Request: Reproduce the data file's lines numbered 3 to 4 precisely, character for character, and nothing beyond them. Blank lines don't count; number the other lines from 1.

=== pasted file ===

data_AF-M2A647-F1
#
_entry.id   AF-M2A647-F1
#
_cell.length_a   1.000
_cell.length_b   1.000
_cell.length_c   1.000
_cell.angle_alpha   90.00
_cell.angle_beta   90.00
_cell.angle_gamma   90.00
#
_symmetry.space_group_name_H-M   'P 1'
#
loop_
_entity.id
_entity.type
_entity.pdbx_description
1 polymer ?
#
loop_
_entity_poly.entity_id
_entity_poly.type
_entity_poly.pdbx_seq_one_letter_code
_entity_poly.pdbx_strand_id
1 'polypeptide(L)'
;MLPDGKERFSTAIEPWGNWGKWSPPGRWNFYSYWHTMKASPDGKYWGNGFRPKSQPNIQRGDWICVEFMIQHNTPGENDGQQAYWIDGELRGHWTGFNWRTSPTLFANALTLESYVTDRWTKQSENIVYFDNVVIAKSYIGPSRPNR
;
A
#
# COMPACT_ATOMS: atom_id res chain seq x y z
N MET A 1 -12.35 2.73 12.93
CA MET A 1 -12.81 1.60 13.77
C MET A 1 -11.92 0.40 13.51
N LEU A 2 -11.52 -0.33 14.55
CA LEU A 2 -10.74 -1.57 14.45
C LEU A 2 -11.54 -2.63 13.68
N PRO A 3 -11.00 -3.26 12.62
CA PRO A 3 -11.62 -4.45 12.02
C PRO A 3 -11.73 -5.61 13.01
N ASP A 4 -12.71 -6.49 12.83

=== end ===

_entry.id   AF-M2A647-F1
#